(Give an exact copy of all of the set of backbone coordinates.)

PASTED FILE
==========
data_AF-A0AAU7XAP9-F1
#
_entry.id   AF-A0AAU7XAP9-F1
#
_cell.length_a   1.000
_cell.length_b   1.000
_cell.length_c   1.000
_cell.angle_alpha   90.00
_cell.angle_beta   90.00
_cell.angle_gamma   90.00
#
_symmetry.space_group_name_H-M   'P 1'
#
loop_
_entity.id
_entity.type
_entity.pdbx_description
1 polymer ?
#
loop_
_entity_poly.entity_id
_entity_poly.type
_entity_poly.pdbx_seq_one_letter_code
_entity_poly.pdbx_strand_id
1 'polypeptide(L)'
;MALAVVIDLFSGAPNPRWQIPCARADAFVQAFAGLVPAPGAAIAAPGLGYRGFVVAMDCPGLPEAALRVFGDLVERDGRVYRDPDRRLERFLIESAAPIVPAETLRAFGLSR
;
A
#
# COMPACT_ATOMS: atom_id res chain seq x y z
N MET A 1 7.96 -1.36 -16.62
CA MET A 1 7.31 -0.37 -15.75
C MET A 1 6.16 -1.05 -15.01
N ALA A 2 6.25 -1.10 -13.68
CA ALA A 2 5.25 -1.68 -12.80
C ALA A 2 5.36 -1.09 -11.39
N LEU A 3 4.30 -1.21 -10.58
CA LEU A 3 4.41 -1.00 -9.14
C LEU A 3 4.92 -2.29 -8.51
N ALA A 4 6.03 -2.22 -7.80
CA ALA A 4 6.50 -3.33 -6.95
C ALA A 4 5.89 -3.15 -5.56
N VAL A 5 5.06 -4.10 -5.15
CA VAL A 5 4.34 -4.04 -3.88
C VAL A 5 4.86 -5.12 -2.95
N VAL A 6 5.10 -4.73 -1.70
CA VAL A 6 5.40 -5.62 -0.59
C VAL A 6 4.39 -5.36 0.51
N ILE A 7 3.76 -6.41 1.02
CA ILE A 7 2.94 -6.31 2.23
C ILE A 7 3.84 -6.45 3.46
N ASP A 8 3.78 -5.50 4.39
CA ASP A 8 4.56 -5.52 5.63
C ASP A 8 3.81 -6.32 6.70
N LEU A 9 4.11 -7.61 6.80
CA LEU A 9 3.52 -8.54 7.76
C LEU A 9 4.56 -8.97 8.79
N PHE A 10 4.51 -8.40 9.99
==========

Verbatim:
data_AF-A0AAU7XAP9-F1
#
_entry.id   AF-A0AAU7XAP9-F1
#
_cell.length_a   1.000
_cell.length_b   1.000
_cell.length_c   1.000
_cell.angle_alpha   90.00
_cell.angle_beta   90.00
_cell.angle_gamma   90.00
#
_symmetry.space_group_name_H-M   'P 1'
#
loop_
_entity.id
_entity.type
_entity.pdbx_description
1 polymer ?
#
loop_
_entity_poly.entity_id
_entity_poly.type
_entity_poly.pdbx_seq_one_letter_code
_entity_poly.pdbx_strand_id
1 'polypeptide(L)'
;MALAVVIDLFSGAPNPRWQIPCARADAFVQAFAGLVPAPGAAIAAPGLGYRGFVVAMDCPGLPEAALRVFGDLVERDGRVYRDPDRRLERFLIESAAPIVPAETLRAFGLSR
;
A
#
# COMPACT_ATOMS: atom_id res chain seq x y z
N MET A 1 7.96 -1.36 -16.62
CA MET A 1 7.31 -0.37 -15.75
C MET A 1 6.16 -1.05 -15.01
N ALA A 2 6.25 -1.10 -13.68
CA ALA A 2 5.25 -1.68 -12.80
C ALA A 2 5.36 -1.09 -11.39
N LEU A 3 4.30 -1.21 -10.58
CA LEU A 3 4.41 -1.00 -9.14
C LEU A 3 4.92 -2.29 -8.51
N ALA A 4 6.03 -2.22 -7.80
CA ALA A 4 6.50 -3.33 -6.95
C ALA A 4 5.89 -3.15 -5.56
N VAL A 5 5.06 -4.10 -5.15
CA VAL A 5 4.34 -4.04 -3.88
C VAL A 5 4.86 -5.12 -2.95
N VAL A 6 5.10 -4.73 -1.70
CA VAL A 6 5.40 -5.62 -0.59
C VAL A 6 4.39 -5.36 0.51
N ILE A 7 3.76 -6.41 1.02
CA ILE A 7 2.94 -6.31 2.23
C ILE A 7 3.84 -6.45 3.46
N ASP A 8 3.78 -5.50 4.39
CA ASP A 8 4.56 -5.52 5.63
C ASP A 8 3.81 -6.32 6.70
N LEU A 9 4.11 -7.61 6.80
CA LEU A 9 3.52 -8.54 7.76
C LEU A 9 4.56 -8.97 8.79
N PHE A 10 4.51 -8.40 9.99